Willkie’s bet on California has paid dividends; the firm has attracted star partners in each office. In Los Angeles, that office’s managing partner Alex Weingarten is a peer favorite. “Alex was at Venable before moving to Willkie,” states a peer, who goes on to confide, “I was trying to get him to come here! He’s a terrific litigator who has some high-profile entertainment clients. [He’s] Unbelievable!” Weingarten for nearly a decade has represented the co-trustee of a family trust who was embroiled in a long-running, multi-generational family dispute concerning who was behind a conspiracy to steal tens of millions from the trust, built by the Chinese immigrant grandparents through a successful real estate venture. Following a 2018 settlement, in which the trustee’s mother essentially agreed to forfeit $30 million due to the likelihood of her being behind the conspiracy, the mother then changed her mind and spent four years attempting to void the settlement. In March 2022, Weingarten triumphed in convincing the California Court of Appeal to enforce the settlement. A peer also notes that multi-faceted commercial litigator Simona Agnolucci “left [revered San Francisco litigation boutique] Keker [Van Nest & Peters] to open Willkie’s San Francisco office. She’s a player.” Working on a team with DC’s Michael Gottlieb (a newly elevated former future star in this edition) and Mark Stancil, Agnolucci secured a decisive victory in the US District Court for the District of South Carolina in obtaining a dismissal of nationwide class claims brought against Navy Federal Credit Union, a federally chartered, member-owned, not-for-profit credit union serving the military, veterans, and their families. A federal class action was first filed in the Southern District of California, alleging on behalf of a nationwide class that Navy Federal breached its agreement with certain of its customers by charging debit card users a small fee for certain overseas transactions. After Willkie filed Navy Federal’s motion to dismiss, the plaintiff voluntarily dismissed her complaint. Almost in parallel, another nearly identical lawsuit was filed by different plaintiffs in the District of South Carolina, which met with a similar voluntary dismissal.
Willkie’s insurance practice has made a substantial ascent as well. A peer advises, “Look into Christopher St. Jeanos – ask around about him! He’s a stand-up lawyer, and I think he’s only in his mid-40s! My litmus test when it comes to dealing with counsel is ‘Are you just a paper tiger?’ And Chris is not – he’s the real deal.” Another testifies that St. Jeanos is “doing AIG work and all the Marsh work, and he is at the upper echelon in terms of quality.” St. Jeanos and longtime insurance star Mitchell Auslander (both based in the New York office) obtained a significant victory for AIG in litigation concerning McKesson, one of the leading distributors of prescription opioids in the US and a target of the sweeping litigation against all entities in the chain alleged to have contributed to the national epidemic. McKesson, which recently agreed to contribute $7.4 billion to settle thousands of opioid lawsuits brought by government entities across the country, sought coverage from AIG for its defense costs, judgments, and settlements incurred in the opioid lawsuits. At issue in the litigation are AIG policies with $375 million in total policy limits. The Willkie duo scored when the Northern District of California held, for the first time, that a wholesale drug distributor’s conduct in distributing opioids was not an “accident,” and therefore not covered under commercial general liability policies issued by AIG. The same pair also logged victory for this same client in similar claims brought by Purdue Pharma.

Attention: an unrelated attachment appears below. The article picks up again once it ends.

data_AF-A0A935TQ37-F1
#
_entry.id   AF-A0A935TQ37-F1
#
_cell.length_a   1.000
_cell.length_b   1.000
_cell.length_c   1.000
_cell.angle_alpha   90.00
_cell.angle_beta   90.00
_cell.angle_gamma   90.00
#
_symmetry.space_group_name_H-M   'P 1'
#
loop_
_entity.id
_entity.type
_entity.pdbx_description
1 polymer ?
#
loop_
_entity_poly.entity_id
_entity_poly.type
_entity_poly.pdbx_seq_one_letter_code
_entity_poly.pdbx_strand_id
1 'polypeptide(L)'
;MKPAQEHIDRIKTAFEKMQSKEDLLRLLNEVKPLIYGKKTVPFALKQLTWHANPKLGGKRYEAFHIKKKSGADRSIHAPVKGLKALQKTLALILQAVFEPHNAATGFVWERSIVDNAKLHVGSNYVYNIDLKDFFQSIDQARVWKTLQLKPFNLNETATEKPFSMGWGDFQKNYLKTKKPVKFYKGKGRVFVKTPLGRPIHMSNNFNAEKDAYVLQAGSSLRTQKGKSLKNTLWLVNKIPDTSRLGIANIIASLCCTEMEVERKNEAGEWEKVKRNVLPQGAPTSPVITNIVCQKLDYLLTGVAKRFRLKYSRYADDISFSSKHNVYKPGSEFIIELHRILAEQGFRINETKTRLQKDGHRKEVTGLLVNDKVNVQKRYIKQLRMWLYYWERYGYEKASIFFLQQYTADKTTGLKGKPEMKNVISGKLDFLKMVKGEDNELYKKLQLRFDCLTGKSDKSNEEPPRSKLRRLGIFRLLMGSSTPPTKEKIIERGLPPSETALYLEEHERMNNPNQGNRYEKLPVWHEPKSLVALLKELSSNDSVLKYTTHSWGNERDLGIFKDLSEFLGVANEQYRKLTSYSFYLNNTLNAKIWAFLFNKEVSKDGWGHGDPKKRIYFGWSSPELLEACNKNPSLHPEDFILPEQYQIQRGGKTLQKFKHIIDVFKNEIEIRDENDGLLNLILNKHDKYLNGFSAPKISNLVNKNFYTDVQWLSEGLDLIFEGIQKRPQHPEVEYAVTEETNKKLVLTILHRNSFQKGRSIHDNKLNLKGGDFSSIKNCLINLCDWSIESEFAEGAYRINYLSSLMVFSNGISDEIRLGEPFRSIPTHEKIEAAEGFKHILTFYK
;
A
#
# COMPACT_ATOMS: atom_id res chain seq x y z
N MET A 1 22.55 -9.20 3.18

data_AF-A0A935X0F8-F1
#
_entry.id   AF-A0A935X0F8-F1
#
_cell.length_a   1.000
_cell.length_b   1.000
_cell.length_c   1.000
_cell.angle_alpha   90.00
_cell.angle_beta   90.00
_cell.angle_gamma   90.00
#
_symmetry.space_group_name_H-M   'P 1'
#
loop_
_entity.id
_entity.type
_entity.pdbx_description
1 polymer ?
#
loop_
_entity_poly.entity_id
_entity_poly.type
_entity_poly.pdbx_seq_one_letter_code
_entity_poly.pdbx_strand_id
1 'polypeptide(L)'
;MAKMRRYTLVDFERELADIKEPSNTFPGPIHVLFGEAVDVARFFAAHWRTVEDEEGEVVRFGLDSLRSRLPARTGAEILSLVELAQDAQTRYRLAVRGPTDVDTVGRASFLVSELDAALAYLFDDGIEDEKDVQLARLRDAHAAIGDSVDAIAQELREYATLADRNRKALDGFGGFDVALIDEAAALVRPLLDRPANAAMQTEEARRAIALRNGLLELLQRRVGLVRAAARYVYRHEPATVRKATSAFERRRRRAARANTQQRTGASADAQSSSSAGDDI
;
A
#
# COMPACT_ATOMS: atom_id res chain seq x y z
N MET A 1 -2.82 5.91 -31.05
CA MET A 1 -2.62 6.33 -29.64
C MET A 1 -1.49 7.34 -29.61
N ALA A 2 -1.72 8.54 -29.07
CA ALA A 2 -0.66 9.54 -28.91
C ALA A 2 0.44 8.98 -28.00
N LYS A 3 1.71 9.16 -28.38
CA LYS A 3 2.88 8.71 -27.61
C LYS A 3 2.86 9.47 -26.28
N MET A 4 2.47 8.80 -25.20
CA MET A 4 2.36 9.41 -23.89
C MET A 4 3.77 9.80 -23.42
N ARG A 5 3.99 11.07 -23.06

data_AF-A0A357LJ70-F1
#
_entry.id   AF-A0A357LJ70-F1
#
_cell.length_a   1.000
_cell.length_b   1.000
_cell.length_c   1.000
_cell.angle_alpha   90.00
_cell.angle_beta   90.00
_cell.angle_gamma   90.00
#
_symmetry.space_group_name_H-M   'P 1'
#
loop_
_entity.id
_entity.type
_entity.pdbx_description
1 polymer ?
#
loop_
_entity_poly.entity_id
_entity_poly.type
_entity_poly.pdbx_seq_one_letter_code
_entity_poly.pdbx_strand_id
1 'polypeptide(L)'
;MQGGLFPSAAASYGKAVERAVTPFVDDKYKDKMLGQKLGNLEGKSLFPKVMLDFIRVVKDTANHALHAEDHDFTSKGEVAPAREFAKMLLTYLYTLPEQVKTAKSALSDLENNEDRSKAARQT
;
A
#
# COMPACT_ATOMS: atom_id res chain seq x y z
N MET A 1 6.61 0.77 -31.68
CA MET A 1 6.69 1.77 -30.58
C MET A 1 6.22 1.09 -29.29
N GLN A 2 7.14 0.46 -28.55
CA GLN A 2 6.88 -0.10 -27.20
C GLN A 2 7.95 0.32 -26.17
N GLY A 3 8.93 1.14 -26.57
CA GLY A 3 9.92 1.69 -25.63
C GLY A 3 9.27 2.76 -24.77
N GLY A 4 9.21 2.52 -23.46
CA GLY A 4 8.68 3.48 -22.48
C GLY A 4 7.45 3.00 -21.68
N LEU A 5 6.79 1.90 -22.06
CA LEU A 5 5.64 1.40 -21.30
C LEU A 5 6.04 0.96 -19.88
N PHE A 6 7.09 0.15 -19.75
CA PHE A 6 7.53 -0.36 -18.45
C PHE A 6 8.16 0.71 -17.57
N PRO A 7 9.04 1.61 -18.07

New York-based securities partners Todd Cosenza and Tariq Mundiya are representing Curo in a shareholder derivative suit regarding the company’s plans to transition Canadian borrowers from one type of loan to another. The derivative litigation is follow-on litigation from a 10b-5 case in the District of Kansas that has settled. Individually, Cosenza recently achieved a significant win, obtaining dismissal of a derivative action against the independent directors of Wells Fargo in a case arising out of alleged failures by Wells Fargo and its board to comply with several consent orders issued by banking and other federal regulators in the aftermath of its high-profile 2016 customer account fraud. Mundiya defended Resideo Technologies against claims arising from Honeywell’s 2018 spin-off of Resideo and earnings guidance provided in 2019, upon which Resideo’s stock price fell precipitously, leading to class-action litigation in Minnesota and derivative litigation in Delaware.
The chairman of the Chicago office, Craig Martin, debuts as a litigation star in this edition. Martin attends to a diverse portfolio of matters that encompasses consumer class actions – including one for Ulta Cosmetics concerning the resale of returned makeup – commercial litigation, quasi-white-collar work and pro bono human rights issues.